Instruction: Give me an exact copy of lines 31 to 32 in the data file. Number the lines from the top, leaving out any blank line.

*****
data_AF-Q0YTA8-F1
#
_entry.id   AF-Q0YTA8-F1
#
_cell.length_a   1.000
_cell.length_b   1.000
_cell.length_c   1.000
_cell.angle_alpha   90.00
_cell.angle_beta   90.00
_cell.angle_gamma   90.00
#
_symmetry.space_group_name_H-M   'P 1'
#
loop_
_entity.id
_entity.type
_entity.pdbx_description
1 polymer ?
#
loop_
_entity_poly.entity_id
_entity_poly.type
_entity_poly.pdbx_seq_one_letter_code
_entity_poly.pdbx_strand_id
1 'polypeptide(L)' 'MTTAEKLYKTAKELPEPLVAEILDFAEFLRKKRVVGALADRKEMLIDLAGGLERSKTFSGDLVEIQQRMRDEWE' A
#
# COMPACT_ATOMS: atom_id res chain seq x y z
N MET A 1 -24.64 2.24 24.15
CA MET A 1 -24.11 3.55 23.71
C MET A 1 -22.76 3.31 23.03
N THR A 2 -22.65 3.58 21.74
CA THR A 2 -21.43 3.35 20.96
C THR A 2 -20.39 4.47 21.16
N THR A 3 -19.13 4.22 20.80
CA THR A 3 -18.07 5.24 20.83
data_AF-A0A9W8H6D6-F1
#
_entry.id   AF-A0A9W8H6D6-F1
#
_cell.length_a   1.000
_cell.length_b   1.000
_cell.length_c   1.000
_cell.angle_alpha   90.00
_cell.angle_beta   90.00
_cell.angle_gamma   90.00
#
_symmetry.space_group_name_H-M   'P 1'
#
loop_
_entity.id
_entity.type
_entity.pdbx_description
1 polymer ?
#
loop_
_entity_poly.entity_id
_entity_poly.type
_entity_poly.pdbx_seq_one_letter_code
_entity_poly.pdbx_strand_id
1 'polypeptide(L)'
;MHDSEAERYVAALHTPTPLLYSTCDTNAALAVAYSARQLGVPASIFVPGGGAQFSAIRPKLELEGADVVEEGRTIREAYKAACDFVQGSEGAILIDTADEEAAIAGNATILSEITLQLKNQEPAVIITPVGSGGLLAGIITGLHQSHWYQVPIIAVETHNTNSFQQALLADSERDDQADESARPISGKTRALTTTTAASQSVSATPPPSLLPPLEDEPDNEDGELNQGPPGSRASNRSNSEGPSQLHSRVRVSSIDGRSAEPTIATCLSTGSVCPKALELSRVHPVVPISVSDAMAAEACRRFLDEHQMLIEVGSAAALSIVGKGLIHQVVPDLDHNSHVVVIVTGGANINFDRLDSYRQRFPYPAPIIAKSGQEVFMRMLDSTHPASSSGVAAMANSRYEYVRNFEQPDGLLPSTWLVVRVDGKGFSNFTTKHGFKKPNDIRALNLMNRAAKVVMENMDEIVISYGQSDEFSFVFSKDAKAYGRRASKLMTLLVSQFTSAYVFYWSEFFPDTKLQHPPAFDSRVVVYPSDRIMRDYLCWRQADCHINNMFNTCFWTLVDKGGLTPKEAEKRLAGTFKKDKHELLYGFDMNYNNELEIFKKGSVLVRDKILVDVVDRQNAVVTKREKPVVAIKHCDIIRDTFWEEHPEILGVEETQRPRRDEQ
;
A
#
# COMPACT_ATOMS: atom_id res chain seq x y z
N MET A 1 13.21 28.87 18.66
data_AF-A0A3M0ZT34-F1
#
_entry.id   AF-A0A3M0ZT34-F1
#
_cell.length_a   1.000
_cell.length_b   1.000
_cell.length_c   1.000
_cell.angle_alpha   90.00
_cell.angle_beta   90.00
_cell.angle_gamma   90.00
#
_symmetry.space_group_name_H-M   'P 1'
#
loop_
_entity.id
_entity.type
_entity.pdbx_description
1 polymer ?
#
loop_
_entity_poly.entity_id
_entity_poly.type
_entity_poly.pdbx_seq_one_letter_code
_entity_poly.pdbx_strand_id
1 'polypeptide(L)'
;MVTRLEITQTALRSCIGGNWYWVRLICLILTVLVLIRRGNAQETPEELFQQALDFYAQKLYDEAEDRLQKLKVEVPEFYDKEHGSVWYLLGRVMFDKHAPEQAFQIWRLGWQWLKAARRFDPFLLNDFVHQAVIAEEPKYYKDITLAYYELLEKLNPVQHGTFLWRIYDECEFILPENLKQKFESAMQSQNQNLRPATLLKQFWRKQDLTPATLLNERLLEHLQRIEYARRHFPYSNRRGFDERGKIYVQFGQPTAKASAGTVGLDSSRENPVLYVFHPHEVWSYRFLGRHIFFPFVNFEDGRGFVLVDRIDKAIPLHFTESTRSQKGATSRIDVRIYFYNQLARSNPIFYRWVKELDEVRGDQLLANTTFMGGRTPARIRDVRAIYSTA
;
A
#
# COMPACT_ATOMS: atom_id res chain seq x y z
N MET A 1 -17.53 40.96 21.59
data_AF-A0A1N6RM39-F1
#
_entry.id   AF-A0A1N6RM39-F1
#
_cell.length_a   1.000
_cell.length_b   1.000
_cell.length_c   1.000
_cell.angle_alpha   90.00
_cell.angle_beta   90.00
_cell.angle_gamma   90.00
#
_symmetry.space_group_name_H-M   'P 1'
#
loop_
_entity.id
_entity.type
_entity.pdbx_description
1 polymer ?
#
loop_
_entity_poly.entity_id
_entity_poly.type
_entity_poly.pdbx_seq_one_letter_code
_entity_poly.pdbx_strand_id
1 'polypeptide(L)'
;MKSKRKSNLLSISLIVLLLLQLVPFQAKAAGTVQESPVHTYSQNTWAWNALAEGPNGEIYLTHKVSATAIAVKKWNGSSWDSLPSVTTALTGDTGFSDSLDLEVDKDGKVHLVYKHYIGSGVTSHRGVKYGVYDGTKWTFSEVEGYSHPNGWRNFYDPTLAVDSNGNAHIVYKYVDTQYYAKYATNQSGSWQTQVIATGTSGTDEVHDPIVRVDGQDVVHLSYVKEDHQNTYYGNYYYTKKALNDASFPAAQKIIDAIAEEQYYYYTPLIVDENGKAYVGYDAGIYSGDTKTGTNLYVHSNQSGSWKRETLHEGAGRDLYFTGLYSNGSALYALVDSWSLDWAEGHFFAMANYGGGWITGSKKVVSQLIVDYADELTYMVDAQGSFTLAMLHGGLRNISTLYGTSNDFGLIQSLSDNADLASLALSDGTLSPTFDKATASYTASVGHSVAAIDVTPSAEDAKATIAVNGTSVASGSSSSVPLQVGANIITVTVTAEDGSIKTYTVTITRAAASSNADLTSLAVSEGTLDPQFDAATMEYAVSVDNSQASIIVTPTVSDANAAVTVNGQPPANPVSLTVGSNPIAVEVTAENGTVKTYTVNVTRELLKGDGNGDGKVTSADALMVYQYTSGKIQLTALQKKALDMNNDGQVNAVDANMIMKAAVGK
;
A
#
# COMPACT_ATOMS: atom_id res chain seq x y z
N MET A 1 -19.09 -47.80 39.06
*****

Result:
N THR A 2 -22.65 3.58 21.74
CA THR A 2 -21.43 3.35 20.96